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June 12, 2014
by Christie Hunter

Effect of Chronic Illness of Children on Marital Relation of a Couple

June 12, 2014 04:55 by Christie Hunter  [About the Author]

Chronic illness or disability is not only challenging for children, but parents dealing with such children also have to tolerate constant pressure and stress. This not only impacts their nerves and overall health, but also affects their marital relation. Many authors overlook the fact while discussing the long-term effects of chronic illness on children, but this is a fact that early childhood developmental delays or sickness can damage the marital relation of a couple beyond repair. Apart from the constant stress and challenges associated with the early childhood illness, lack of awareness on this subject is also responsible for stressed martial relation after a child is diagnosed with chronic illness or disability (Lana, 2013).

Causes of Stressed Marital Relations

Following are some of the causes, as highlighted by Dana (2013), 2 that lead to stressed marital relationships and in extreme cases divorces:

1. Emotional Stress

This is probably the biggest factor responsible for impaired marital relationships. Dana pointed out the fact that mothers and fathers react differently in the state of emotional trauma. Mothers usually don’t talk openly about their grief and therefore suffer from depressive diseases. Fathers, on the other hand, usually find their escape in staying away from home, thus resulting in limited interaction between spouses.

2. Communication Barriers

Most couples are scared to face the truth about the illness of their child and don’t talk about it openly. Isolation and limited communication can create distance between spouses. Discussion and interaction is very important in order to understand each other. Often couples vent out their frustration on each other and try to find peace of mind by blaming each other for the tragedy.

3. Financial Issues

Chronic illness of children along increases financial obligations of the earning parent (usually fathers). In most cases, both parents share financial responsibilities when they have a sick or disabled child, as the treatment is long-term and quite expensive. This not only gives less time to spouses to interact with each other but also impacts the personality of other children. Other children feel neglected and blame the sick child for inadequate attention from their parents. This stresses the overall family atmosphere and overburdens parents with responsibilities.

4. Disturbed Routine

Most studies don’t highlight this fact, but Klass (2013)3 mentioned in an article that lack of sleep and constant pressure are two of the biggest factors responsible for stress in marital relationships. Insomnia or temporary lack of sleep makes a person short-tempered and unreasonable. Moreover, parents who have to deal with children with permanent disabilities feel that despite all their efforts, their child cannot lead a normal life. This sense of failure and helplessness often lead to chronic stress and depressive disorders.

5. Lack of Support from Spouse

Mutual efforts and coordination are very important to cope with the challenges associated with bringing up a disabled child. However, in most cases, partners use each other as their punching bags to vent out their anger and grief, and this lack of support and coordination from the other spouse results in stressed a marital relationship.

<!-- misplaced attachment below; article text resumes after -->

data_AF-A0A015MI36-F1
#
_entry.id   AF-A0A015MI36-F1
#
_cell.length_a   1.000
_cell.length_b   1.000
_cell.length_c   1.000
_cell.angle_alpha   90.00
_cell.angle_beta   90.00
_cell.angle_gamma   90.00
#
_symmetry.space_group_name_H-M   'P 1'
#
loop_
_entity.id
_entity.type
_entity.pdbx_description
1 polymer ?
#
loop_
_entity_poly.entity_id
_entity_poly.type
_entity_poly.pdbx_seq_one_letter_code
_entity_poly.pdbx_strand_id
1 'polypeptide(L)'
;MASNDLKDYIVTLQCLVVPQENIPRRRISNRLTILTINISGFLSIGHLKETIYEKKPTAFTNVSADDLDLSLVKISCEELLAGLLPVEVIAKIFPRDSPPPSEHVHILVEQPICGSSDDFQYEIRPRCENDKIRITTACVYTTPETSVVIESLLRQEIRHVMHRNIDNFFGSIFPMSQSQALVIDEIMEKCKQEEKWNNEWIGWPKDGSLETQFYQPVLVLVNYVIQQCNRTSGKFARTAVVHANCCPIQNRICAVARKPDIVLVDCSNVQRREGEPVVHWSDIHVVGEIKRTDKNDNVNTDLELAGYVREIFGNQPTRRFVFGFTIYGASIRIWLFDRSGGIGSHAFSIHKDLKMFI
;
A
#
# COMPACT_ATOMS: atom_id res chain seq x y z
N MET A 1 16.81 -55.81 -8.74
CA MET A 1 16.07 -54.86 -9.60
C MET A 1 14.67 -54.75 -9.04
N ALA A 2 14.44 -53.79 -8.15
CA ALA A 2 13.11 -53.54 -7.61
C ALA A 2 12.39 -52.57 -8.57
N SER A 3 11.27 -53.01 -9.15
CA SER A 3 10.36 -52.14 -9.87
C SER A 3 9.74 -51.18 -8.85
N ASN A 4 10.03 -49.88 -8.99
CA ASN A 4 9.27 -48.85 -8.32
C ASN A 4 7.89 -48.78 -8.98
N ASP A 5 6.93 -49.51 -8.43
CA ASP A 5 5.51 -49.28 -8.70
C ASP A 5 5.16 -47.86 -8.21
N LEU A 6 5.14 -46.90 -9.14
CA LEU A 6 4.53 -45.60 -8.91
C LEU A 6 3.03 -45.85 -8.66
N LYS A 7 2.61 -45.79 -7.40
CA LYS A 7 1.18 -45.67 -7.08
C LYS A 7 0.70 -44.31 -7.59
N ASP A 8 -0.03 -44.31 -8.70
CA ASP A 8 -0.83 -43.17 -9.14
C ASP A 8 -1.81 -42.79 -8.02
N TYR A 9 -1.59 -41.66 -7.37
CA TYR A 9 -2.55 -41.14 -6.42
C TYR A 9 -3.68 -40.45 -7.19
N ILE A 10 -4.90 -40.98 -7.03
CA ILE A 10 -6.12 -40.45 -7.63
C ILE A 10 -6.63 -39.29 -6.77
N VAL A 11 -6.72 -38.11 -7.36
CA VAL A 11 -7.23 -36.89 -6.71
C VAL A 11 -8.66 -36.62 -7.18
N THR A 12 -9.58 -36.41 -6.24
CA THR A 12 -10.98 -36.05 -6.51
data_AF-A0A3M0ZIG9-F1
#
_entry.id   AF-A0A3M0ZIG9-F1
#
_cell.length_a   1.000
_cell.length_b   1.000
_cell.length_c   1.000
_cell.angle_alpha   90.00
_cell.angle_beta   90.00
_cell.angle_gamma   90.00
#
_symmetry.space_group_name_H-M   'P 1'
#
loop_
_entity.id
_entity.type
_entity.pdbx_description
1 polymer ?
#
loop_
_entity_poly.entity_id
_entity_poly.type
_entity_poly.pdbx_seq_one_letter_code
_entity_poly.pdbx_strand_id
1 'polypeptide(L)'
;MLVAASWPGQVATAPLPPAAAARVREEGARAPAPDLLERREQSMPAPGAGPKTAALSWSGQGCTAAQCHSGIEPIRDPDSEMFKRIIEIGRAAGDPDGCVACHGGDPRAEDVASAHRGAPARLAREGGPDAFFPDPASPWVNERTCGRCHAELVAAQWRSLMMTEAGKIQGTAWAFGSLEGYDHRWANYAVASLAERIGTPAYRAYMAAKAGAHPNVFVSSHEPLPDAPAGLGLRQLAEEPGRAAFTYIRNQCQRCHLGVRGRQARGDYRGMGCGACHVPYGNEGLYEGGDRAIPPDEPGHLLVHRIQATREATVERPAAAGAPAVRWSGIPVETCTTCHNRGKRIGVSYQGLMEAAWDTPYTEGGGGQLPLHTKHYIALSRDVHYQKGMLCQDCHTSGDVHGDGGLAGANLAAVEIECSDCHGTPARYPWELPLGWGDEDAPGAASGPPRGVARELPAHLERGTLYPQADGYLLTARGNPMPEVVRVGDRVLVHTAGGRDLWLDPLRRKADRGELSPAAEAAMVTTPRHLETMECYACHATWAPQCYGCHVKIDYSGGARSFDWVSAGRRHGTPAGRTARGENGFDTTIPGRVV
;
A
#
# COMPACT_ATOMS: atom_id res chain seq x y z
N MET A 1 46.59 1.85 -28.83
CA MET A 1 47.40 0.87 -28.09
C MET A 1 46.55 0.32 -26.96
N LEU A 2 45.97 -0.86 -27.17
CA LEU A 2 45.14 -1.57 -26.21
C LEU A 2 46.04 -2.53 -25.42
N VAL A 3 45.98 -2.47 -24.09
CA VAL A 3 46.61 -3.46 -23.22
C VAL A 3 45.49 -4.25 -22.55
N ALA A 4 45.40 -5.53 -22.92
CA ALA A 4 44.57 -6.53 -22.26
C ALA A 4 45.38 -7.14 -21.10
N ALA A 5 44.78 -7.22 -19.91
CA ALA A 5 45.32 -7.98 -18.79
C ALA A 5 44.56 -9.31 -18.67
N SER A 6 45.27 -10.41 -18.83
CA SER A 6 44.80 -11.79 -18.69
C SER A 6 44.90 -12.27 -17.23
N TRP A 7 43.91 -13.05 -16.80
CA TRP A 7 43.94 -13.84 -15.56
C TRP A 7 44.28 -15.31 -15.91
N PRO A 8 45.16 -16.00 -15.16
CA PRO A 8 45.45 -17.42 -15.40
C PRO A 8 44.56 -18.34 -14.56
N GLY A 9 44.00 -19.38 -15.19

6. No Sexual Activities

Due to stress and pressure, many couples give up on their sexual life. According to Sobsey (2004), 4 limited or no sexual intercourse is one of the biggest factors in distancing spouses from each other, as they find no charm in their marital life.

Ways to Cope with a Stressed Marital Relationship

Galica J. (2014)5 in a detailed article about the impact of childhood illness on marital relationships listed some easy ways to help couple save their marital relationship. Some of these useful tips are:

1. Stress Management Therapies

Stress management therapies can hap people in strategically mange stressful situations, these therapies are meant to strengthen nerves and guide people to calmly tackle any unpleasant situation.  

2. Counseling

Discussing things with a third person can provide couples a way to talk things out. This not only helps them in venting out their frustration, but also eradicates communication barriers that limit interaction between couples.

3. Insurance Options

Health insurance and other money saving ways can help parents with disable or chronically ill children to overcome financial issues. Moreover, cutting down additional and unnecessary expenses can also reduce financial burden to a great extent.

4. Time Management

It is also very important to manage time strategically and give adequate attention to other spouse.


1. Lana. (2013). Coping with Chronic Illness in Marriage.

2. Dana, (2013). Diamonds or Dust: Keeping Your Marriage Together When Your Child Fights For Life.

3. Klass P. (2013). Haunted by a Child’s Illness.

4. Sobsey D. (2004). Marital stability and marital satisfaction in families of children with disabilities: Chicken or egg?

5. Galica J. (2014). The Effects of the Death of a Child on a Marriage.


About the Author

Christie Hunter

Christie Hunter is registered clinical counselor in British Columbia and co-founder of Theravive. She is a certified management accountant. She has a masters of arts in counseling psychology from Liberty University with specialty in marriage and family and a post-graduate specialty in trauma resolution. In 2007 she started Theravive with her husband in order to help make mental health care easily attainable and nonthreatening. She has a passion for gifted children and their education. You can reach Christie at 360-350-8627 or write her at christie - at -

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